The sad true behind Easter Bunnies

The sad true behind Easter Bunnies

All that about Easter Bunny is a real bullshit.

I know it’s been more than a week since Easter and I’m a little late to talk about this. It’s something I wanted to talk about but I needed to wait some time to calm my anger and not be too aggressive in the post.

Apparently I missed the biology class where it was explained how on earth rabbits lay eggs in Easter.

I’m sorry for the sarcasm and the irony, but it’s the best way for me to deal with the topic. Now that I have two bunnies I have realized how vulnerable these animals are and how badly treated they are in general.



All the lies they tell you:

  1. Rabbits are great as a first pet.
  2. It’s easy to keep and maintain them.
  3. Cheap pets and that are wallet friendly.
  4. Great for children.
  5. They love to be held.

The string of lies that are said about them is so long that it wouldn’t fit in this post.


The reality:

  1. A rabbit gives as much work as a dog or a cat.
  2. They are active and social animals. That is, they need at least 2 hours of exercise per day so if you cannot have them free roaming at home you have to take a gap to be able to take them somewhere where they can run and play. On the other hand, they usually need other bunnies to keep them company or a lot of attention from their owner. Rabbits are not to be locked in cages, if you won’t do it to your dog don’t do it to your rabbit.
  3. Regarding money, I will give you real numbers:
    • If you adopt a rabbit you will contribute with money for the maintenance of the shelter. If you buy it, you obviously pay for it.
    • They need a place to eat, sleep, and relieve themselves. I have a large cage, several drinking troughs, bowls for food and two bunny toilets (this for each rabbit). In total, it goes up to around € 150 each, pulling low.
    • You have to buy substrate for their cages and toilets. I buy a 30L bag for € 20 and it lasts a month. You have to buy hay and, which is not very expensive, but they eat a lot.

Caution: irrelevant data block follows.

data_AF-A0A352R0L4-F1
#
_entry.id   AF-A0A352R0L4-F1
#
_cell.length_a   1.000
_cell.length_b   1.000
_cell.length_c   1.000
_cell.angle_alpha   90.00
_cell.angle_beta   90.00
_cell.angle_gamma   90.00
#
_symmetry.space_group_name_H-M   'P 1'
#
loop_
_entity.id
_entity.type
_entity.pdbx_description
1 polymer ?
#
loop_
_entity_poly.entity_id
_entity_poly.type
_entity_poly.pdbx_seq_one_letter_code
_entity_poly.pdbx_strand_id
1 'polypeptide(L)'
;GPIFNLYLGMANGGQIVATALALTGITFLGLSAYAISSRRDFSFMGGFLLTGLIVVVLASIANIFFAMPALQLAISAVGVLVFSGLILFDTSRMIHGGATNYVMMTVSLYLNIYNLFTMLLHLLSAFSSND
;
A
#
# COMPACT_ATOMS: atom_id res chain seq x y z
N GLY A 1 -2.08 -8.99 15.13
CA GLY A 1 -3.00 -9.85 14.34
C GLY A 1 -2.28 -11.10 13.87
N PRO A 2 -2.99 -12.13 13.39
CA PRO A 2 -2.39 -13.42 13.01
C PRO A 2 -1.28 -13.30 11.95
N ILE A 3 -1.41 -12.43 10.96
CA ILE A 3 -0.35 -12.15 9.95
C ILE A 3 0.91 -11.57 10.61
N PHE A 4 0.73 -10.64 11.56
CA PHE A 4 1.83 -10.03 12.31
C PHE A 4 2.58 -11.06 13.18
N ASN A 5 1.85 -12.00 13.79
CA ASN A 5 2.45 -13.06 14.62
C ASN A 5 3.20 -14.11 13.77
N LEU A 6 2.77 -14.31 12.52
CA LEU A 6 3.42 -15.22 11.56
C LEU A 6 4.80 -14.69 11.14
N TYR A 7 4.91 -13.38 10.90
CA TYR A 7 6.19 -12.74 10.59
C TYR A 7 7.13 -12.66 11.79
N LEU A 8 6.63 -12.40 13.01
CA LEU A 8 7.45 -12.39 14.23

• Rabbits are considered exotic pets so you have to take them to a specialized veterinarian. Each visit to the vet is around € 28. You have to vaccinate them 3 times a year and give them with pipettes every month in summer and once every 3 months for the rest of the year; vaccines are about € 30 and pipettes about € 15 (each).
    • It is convenient to castrate rabbits. If they are going to have a friend to avoid aggressive or dominant behaviours or so that the female doesn’t suffer a pregnancy. If you are only going to have a rabbit you also have to castrate it to avoid health problems, the females have an 80% chance of developing uterine cancer if it is not done, or of behaviour, the males become aggressive with the heat. The castration of a rabbit is more than € 300.
    • This is not to mention when they get sick. They have a delicate skin and may have otitis or colds.
  4. Don’t forget that they are independent animals, that they won’t lay on your lap (usually) nor will they bear the pulls and hits of children. They are animals that defend themselves if they feel in danger and can bite.
  5. Except in some cases and by the people they trust the most, they hate to be held. They are prey animals and have some kind of biological memory that terrifies them when they are raised from the ground.



The danger of Easter:

These outrageous lies are normal, but in Easter there are pet stores that carry out campaigns to sell rabbits at a very low price, cheating the buyers and condemning the poor animals. Big and small bunnies locked in tiny cages, sad and scared, exposed as a fairground attraction and sold at half price or as gifts if you spend more than a certain amount. It’s terrible.


Dreadful facts:

  • Rabbits are the most abandoned animals in shelters.
  • The majority of rabbits that are no longer loved by their family are thrown into the street where they die or given over the internet to strangers.
  • 95% of rabbits bought at Easter do not reach one year of life.


The truth about rabbits:

Rabbits are fascinating animals with unique personalities. If you treat them well they strongly love you: Tambor runs to find me when he hears me coming home and Flor can spend 5 minutes kissing me nonstop.

Rabbits live between 8 and 10 years so, when you buy one, you are committing to take care of they, love them and keep them all that time.

They are independent animals but they generate a bond with their owner so strong that it never breaks and they also show you how much they love you.



Anyway, a rabbit is not a stuffed animal, it’s a 10-year commitment, and if you’re not ready to have a dog, you’re not ready to have a rabbit either.

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